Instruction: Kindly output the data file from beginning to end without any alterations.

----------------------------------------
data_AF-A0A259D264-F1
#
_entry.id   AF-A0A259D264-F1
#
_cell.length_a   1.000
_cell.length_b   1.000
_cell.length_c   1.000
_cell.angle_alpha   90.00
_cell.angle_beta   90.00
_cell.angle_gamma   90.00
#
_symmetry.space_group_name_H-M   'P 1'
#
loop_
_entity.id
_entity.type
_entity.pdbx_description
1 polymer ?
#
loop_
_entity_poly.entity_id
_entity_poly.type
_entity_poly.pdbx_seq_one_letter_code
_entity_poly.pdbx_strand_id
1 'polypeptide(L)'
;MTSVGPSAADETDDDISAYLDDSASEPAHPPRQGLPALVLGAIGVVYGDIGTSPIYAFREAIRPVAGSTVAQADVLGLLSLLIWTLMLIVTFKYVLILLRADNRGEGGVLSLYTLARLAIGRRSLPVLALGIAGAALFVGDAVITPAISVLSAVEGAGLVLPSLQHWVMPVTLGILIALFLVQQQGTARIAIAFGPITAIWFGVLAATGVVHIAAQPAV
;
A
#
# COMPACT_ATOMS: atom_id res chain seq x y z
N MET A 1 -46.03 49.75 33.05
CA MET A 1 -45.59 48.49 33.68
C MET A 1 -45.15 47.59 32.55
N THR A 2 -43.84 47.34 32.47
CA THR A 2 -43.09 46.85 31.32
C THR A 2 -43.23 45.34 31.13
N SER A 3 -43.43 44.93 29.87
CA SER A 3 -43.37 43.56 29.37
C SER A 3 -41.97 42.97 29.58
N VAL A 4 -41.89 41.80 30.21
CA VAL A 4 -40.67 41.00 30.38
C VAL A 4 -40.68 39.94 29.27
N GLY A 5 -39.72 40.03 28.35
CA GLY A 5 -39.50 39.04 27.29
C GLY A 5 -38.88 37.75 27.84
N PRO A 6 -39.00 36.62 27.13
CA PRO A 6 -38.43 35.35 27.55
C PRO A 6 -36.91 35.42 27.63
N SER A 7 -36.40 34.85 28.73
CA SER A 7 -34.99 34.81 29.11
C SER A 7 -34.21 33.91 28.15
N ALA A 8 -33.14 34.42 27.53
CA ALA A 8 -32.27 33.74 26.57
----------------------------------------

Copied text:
data_AF-A0A259D264-F1
#
_entry.id   AF-A0A259D264-F1
#
_cell.length_a   1.000
_cell.length_b   1.000
_cell.length_c   1.000
_cell.angle_alpha   90.00
_cell.angle_beta   90.00
_cell.angle_gamma   90.00
#
_symmetry.space_group_name_H-M   'P 1'
#
loop_
_entity.id
_entity.type
_entity.pdbx_description
1 polymer ?
#
loop_
_entity_poly.entity_id
_entity_poly.type
_entity_poly.pdbx_seq_one_letter_code
_entity_poly.pdbx_strand_id
1 'polypeptide(L)'
;MTSVGPSAADETDDDISAYLDDSASEPAHPPRQGLPALVLGAIGVVYGDIGTSPIYAFREAIRPVAGSTVAQADVLGLLSLLIWTLMLIVTFKYVLILLRADNRGEGGVLSLYTLARLAIGRRSLPVLALGIAGAALFVGDAVITPAISVLSAVEGAGLVLPSLQHWVMPVTLGILIALFLVQQQGTARIAIAFGPITAIWFGVLAATGVVHIAAQPAV
;
A
#
# COMPACT_ATOMS: atom_id res chain seq x y z
N MET A 1 -46.03 49.75 33.05
CA MET A 1 -45.59 48.49 33.68
C MET A 1 -45.15 47.59 32.55
N THR A 2 -43.84 47.34 32.47
CA THR A 2 -43.09 46.85 31.32
C THR A 2 -43.23 45.34 31.13
N SER A 3 -43.43 44.93 29.87
CA SER A 3 -43.37 43.56 29.37
C SER A 3 -41.97 42.97 29.58
N VAL A 4 -41.89 41.80 30.21
CA VAL A 4 -40.67 41.00 30.38
C VAL A 4 -40.68 39.94 29.27
N GLY A 5 -39.72 40.03 28.35
CA GLY A 5 -39.50 39.04 27.29
C GLY A 5 -38.88 37.75 27.84
N PRO A 6 -39.00 36.62 27.13
CA PRO A 6 -38.43 35.35 27.55
C PRO A 6 -36.91 35.42 27.63
N SER A 7 -36.40 34.85 28.73
CA SER A 7 -34.99 34.81 29.11
C SER A 7 -34.21 33.91 28.15
N ALA A 8 -33.14 34.42 27.53
CA ALA A 8 -32.27 33.74 26.57